As acid reflux burns your throat and airways the lungs may become inflamed, making it more difficult to draw in oxygen. This may also lead to your lungs being overly sensitive and reactive to allergens, fumes, and weather changes, and could result in worsening asthmatic symptoms. It may even lead to uncontrolled asthma that requires more doses of daily and rescue medicines, and that can result in scarring and damage of the lungs.
Sleep deprivation contributes to hypersensitivity to common triggers and can weaken the immune system, creating a cycle of inadequate sleep and poor health. Sleep apnea can also cause people to wake up with dry mouth, headache, irritability, and feelings of fatigue.
How CPAP Can Help
A continuous positive airway pressure (CPAP) device provides a constant stream of air that holds your airways open during the night, allowing your body to get enough oxygen and help you get a good night’s rest and allow your body to heal.
Once people begin CPAP therapy they experience a variety of positive effects, such as reduced amounts of stress, more energy, improved mood, more insulin sensitivity, a stronger immune system, and more. CPAP can also help manage poorly-controlled asthma by reducing airway inflammation as well as other asthmatic symptoms.
Preventing Sleep Apnea and Asthma
In order to do your part towards claiming your life back from sleep apnea and asthma, it is very important to actively manage these conditions. Take your asthma medicine as directed and use your CPAP machine every single night. You should get a minimum of six to eight hours of sleep per night.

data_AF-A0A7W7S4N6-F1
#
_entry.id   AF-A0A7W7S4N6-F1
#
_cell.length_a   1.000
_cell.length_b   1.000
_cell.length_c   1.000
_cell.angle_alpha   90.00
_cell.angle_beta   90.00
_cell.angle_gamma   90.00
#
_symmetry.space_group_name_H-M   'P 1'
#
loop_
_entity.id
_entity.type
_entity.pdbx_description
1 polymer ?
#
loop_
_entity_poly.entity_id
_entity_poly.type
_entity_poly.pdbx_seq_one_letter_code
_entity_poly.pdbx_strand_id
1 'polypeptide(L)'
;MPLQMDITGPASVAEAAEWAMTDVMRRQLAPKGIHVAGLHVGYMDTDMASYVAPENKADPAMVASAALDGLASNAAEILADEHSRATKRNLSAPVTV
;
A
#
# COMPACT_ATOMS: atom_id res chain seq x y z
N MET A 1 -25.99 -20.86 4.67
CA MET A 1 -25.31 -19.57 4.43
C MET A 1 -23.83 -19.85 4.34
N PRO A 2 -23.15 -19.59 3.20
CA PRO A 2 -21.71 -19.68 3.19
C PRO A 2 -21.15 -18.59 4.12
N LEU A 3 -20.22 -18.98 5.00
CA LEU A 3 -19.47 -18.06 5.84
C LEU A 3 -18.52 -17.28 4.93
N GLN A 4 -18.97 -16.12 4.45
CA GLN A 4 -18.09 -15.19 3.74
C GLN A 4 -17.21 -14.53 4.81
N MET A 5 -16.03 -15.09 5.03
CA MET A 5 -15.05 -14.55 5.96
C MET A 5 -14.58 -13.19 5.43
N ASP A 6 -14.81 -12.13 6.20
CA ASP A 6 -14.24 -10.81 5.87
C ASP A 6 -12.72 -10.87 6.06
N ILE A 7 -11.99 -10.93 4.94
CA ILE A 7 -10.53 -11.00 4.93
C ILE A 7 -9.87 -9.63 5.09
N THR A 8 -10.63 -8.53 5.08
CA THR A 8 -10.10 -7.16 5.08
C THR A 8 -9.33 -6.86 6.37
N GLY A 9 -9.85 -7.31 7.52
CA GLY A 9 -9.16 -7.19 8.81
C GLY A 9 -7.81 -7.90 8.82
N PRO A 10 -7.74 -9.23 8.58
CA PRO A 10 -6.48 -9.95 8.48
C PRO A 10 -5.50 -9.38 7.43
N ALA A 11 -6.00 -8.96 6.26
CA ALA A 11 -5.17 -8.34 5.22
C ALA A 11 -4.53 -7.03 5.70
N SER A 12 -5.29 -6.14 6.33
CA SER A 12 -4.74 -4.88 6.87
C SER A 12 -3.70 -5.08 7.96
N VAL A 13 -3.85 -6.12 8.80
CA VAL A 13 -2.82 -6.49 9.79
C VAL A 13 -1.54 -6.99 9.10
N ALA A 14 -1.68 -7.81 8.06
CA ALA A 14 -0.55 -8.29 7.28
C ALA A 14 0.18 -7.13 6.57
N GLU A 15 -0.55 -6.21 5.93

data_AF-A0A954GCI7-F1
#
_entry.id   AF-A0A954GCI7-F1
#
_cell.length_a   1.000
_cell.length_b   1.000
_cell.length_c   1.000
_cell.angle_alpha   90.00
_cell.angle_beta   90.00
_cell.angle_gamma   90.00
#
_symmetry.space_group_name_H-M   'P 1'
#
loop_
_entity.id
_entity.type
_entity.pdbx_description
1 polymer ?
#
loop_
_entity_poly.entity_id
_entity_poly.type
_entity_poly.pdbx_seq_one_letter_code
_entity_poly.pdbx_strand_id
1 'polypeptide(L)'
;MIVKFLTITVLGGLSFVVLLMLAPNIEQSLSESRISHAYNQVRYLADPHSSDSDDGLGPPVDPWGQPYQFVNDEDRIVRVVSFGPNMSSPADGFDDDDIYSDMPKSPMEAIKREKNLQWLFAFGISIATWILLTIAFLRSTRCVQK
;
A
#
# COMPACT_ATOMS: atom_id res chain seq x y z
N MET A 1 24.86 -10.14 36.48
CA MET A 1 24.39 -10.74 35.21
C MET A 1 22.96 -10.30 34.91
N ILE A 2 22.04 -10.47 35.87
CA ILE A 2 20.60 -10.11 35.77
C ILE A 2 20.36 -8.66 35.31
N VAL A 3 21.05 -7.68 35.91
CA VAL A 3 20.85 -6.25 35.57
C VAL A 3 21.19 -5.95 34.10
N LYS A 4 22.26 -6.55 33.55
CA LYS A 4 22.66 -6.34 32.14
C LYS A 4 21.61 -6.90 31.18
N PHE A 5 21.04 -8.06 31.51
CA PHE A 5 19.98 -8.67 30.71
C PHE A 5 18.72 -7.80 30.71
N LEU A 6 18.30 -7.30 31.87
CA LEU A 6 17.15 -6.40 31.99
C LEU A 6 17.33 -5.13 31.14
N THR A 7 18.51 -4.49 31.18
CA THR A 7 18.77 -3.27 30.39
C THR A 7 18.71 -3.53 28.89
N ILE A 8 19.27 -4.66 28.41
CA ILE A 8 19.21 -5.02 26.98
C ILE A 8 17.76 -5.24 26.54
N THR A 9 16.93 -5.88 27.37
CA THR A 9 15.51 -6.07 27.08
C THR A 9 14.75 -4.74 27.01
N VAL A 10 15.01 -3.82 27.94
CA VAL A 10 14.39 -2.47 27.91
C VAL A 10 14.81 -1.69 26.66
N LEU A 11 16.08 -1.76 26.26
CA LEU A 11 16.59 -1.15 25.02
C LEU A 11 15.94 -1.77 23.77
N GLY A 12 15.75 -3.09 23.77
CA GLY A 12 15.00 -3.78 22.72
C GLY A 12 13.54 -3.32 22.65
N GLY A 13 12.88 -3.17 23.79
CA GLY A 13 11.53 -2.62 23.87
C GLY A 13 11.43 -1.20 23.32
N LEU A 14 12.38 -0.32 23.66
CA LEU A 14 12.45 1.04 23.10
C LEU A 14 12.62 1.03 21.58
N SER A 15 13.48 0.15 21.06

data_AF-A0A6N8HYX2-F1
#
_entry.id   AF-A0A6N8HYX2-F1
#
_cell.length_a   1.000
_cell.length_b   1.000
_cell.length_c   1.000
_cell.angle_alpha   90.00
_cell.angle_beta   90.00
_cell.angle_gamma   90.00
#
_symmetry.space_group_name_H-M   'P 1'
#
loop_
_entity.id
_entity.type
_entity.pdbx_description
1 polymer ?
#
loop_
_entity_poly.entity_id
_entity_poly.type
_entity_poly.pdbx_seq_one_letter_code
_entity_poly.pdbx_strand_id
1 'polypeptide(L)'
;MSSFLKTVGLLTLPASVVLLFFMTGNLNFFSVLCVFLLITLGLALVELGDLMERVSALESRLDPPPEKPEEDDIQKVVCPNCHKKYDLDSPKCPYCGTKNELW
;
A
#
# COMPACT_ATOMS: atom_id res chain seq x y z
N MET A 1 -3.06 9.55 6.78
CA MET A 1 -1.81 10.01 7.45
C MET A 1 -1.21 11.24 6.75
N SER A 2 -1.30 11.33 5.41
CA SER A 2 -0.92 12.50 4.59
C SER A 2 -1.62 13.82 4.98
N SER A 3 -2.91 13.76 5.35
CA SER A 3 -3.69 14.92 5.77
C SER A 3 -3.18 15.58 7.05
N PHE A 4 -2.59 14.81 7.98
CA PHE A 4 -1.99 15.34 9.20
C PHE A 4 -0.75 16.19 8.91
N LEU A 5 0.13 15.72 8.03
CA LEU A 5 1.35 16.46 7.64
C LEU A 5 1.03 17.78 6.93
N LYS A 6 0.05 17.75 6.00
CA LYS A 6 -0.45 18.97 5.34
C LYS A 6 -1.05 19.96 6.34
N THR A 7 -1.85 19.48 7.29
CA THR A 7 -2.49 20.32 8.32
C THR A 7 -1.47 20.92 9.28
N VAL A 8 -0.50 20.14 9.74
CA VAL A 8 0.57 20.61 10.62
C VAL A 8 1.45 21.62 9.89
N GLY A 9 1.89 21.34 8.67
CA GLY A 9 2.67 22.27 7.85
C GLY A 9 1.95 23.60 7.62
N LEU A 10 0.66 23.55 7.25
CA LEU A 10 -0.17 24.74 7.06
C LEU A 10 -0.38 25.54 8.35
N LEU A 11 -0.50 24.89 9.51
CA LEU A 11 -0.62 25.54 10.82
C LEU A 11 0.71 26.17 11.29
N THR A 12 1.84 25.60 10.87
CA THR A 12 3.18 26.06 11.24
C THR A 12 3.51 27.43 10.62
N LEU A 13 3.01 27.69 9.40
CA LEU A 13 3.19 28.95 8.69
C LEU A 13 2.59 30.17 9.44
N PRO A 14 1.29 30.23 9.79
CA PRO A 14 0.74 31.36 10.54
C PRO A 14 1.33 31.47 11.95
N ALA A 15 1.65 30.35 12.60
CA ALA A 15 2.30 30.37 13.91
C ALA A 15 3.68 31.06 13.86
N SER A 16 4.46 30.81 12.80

Engage in just a few lifestyle changes to improve your overall health.
For example, watch what you eat. Reduce your intake of sugar, carbs, and junk food and instead opt for healthier options like fruit, veggies, nuts (if you are not allergic), seeds, and whole grains to reduce your weight.
Also, engage in moderate exercise at least three times a week by taking a brisk walk, going for a swim, cycling, or using an elliptical to burn fat, build muscle and strong bones, and reduce stress.
If you suspect you may have sleep apnea on its own or in addition to asthma, it's imperative that you consult with your healthcare provider. They can order a sleep study to determine how often you stop breathing during the night, and if your symptoms can be treated effectively with CPAP therapy. Once you have a diagnosis, fill out our qualification form and we'll work with your doctor and insurance provider to get your CPAP supplies covered up to 100% through insurance.
Asthma & Allergy Foundation of America. (2023, April 13). Asthma facts. Retrieved April 27, 2023, from https://aafa.org/asthma/asthma-facts/
Dixit, R. (2018). Asthma and obstructive sleep apnea: More than an association! Lung India : official organ of Indian Chest Society. Retrieved April 27, 2023, from https://www.ncbi.nlm.nih.gov/pmc/articles/PMC5946549/
Trust for America's Health. Nation's obesity epidemic is growing: 19 states have adult obesity rates above 35 percent, up from 16 states last year. (2022, September 27). Retrieved April 27, 2023, from https://www.tfah.org/article/nations-obesity-epidemic-is-growing-xx-states-have-adult-obesity-rates-above-35-percent-up-from-xx-states-last-year/